Meanwhile… the church as never looked better!  The man is pure magic when it comes to peeling and scraping and patching.  Furthermore, he had only scraps and remnants to work with – ends of wallpaper rolls that Nyel, the never-throw-anything-away-guy, has had squirrelled away in our back forty since the wallpaper was restored in the early 1980s.  Through some miracle, there was just enough.  Barely.  And only because Ray is a master of smoke and mirrors and the guild secrets of the wallpaper fraternity.  (Thumb tacks?  You’re using thumbtacks?  Who knew.)

Someday, the Oysterville Restoration Foundation will have to think seriously about re-doing the church wallpaper from start to finish.  Only because of Ray’s TLC over the years have we managed to keep the current paper in place.  I imagine that the day of reckoning will come long after I am gone.  And Ray, too, for that matter.  I hope another Wallpaper Angel surfaces in the meantime.  One with a calm manner and careful feet.  Just like Ray!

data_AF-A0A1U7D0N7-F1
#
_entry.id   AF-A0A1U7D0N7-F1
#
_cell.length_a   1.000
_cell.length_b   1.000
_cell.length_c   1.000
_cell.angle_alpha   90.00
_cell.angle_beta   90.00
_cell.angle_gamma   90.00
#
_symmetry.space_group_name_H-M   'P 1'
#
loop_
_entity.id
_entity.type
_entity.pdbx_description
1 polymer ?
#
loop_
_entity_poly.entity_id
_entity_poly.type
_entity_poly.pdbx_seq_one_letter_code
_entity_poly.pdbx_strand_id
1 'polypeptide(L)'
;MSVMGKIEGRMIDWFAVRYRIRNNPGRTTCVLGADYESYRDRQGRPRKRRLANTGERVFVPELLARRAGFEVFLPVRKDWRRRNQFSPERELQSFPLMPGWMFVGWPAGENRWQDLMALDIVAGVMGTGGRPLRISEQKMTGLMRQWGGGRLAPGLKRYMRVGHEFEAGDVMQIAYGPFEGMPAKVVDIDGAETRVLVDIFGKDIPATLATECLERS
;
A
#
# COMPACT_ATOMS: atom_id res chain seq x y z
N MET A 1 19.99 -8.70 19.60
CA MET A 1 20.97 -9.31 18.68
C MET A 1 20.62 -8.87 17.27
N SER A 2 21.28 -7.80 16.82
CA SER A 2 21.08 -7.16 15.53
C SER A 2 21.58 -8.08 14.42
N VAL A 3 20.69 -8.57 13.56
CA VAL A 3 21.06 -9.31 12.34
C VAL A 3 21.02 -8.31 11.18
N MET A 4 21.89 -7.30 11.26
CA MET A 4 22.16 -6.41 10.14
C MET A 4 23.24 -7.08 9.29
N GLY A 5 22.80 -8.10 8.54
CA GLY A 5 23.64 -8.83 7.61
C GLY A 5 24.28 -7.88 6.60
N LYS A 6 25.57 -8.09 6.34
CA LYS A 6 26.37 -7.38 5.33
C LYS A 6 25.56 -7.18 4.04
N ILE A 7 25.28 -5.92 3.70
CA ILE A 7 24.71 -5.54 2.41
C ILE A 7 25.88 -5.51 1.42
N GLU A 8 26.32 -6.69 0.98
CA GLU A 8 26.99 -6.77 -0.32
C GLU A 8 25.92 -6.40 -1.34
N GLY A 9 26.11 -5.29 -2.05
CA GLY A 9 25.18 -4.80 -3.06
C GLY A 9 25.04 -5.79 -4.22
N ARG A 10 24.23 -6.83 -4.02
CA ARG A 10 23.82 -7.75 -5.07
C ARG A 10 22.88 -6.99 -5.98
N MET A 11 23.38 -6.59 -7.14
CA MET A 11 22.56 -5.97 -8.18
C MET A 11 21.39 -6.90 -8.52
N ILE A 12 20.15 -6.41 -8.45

Lost Days and Missed Opportunities

Thursday, March 22nd, 2018

Just Across the Street

The worst part of being sick is all that time that has simply gone away.  Days and days of limbo which is described by my dictionary as an uncertain situation that you cannot control and in which there is no progress or improvement. That is an absolutely precise description of my situation from Sunday, March 11th through Monday, March 19th!  Limbo!  And not in a dancing kind of way either.

Somehow, I managed to meet a few writing deadlines.  Even wrote my blog as usual until I simply couldn’t force myself out of bed, even for a few minutes.  But then, whatever had invaded my body took total charge and time marched on without me.  I just hate that.  I am so fortunate to have been blessed with good health throughout my life – never missed a day in high school – and not afterwards, either.  In all our married life, this is the first time my long-suffering husband has seen me down and out.